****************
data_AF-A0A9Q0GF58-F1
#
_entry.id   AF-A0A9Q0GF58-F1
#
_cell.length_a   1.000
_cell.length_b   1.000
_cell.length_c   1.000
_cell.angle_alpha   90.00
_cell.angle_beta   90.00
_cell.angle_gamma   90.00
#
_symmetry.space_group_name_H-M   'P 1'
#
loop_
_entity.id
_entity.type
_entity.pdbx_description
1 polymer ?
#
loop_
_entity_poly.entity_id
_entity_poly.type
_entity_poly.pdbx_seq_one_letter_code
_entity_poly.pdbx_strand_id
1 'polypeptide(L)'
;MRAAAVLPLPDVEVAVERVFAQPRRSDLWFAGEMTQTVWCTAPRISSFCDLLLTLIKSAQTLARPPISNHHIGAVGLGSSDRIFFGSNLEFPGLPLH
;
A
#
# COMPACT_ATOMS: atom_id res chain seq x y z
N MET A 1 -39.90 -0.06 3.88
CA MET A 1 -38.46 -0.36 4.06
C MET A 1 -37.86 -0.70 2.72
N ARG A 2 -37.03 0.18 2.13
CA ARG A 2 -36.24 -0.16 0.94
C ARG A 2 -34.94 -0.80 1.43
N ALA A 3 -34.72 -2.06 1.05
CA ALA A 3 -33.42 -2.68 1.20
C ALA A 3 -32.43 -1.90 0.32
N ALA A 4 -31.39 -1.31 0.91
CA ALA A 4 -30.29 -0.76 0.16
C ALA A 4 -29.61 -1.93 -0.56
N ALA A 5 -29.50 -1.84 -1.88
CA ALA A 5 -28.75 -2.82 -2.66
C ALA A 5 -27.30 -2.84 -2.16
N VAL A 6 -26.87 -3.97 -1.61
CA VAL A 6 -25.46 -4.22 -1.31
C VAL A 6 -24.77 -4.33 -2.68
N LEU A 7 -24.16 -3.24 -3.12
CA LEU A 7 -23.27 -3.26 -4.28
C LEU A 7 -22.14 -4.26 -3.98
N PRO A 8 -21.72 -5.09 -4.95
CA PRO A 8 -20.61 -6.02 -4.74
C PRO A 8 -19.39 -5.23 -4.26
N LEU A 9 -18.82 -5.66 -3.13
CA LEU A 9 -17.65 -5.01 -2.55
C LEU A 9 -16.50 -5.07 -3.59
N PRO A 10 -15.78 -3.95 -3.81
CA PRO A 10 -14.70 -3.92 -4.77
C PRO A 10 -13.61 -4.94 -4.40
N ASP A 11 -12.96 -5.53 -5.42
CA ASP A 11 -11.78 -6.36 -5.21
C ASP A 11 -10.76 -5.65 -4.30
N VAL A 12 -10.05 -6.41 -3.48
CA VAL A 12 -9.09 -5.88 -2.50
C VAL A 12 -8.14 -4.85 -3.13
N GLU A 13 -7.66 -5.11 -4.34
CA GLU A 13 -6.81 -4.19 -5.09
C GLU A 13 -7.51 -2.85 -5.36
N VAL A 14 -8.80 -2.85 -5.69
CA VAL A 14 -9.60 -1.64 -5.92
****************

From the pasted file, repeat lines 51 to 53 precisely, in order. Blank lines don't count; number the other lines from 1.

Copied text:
C LEU A 7 -22.14 -4.26 -3.98
N PRO A 8 -21.72 -5.09 -4.95
CA PRO A 8 -20.61 -6.02 -4.74